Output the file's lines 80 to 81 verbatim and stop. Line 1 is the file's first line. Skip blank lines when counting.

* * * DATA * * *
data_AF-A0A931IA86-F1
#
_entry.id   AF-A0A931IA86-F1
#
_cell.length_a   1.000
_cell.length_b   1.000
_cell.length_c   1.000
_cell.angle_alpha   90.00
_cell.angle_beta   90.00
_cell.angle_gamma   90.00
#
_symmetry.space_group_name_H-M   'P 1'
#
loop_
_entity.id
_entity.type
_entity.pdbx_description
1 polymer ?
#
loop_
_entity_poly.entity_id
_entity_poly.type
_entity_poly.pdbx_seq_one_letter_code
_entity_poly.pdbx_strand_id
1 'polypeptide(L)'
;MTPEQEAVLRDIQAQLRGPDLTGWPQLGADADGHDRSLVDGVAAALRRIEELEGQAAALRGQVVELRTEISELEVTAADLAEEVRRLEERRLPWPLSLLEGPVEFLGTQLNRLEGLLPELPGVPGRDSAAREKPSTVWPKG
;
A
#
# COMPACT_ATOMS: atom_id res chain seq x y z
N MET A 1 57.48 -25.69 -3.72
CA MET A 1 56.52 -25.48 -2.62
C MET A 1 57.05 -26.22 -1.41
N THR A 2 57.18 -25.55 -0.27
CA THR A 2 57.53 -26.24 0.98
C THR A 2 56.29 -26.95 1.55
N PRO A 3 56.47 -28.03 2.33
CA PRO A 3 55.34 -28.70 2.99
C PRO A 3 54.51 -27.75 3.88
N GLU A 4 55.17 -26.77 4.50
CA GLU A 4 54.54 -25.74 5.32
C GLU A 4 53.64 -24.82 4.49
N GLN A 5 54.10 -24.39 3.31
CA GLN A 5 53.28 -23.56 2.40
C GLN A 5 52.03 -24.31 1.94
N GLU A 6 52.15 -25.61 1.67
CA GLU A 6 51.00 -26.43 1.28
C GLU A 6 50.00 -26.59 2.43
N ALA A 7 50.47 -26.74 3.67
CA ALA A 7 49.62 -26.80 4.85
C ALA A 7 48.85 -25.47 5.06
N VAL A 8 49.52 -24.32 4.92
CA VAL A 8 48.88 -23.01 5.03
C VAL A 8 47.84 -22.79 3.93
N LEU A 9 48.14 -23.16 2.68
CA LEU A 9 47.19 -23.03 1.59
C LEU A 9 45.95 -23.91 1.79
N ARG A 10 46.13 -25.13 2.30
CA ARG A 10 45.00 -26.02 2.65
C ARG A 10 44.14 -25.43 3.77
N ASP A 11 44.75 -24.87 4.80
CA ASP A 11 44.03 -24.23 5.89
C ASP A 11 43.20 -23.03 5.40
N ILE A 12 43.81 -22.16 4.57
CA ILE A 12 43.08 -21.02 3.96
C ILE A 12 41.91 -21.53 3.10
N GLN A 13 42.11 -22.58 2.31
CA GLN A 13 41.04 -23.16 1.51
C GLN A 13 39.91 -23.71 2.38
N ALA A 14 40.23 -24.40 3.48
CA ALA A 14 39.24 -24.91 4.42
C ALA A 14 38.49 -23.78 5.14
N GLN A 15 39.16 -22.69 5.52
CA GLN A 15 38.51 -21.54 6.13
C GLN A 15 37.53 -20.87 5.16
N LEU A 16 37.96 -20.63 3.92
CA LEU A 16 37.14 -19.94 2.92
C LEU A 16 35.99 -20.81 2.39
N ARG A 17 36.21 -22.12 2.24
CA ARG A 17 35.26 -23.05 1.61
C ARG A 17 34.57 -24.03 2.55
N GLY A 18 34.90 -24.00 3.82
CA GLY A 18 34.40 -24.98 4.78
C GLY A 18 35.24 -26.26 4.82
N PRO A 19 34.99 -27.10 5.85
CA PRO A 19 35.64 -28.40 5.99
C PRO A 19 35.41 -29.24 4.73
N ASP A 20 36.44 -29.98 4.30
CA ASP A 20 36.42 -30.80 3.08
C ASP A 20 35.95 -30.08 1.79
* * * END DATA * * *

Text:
CA ARG A 17 35.26 -23.05 1.61
C ARG A 17 34.57 -24.03 2.55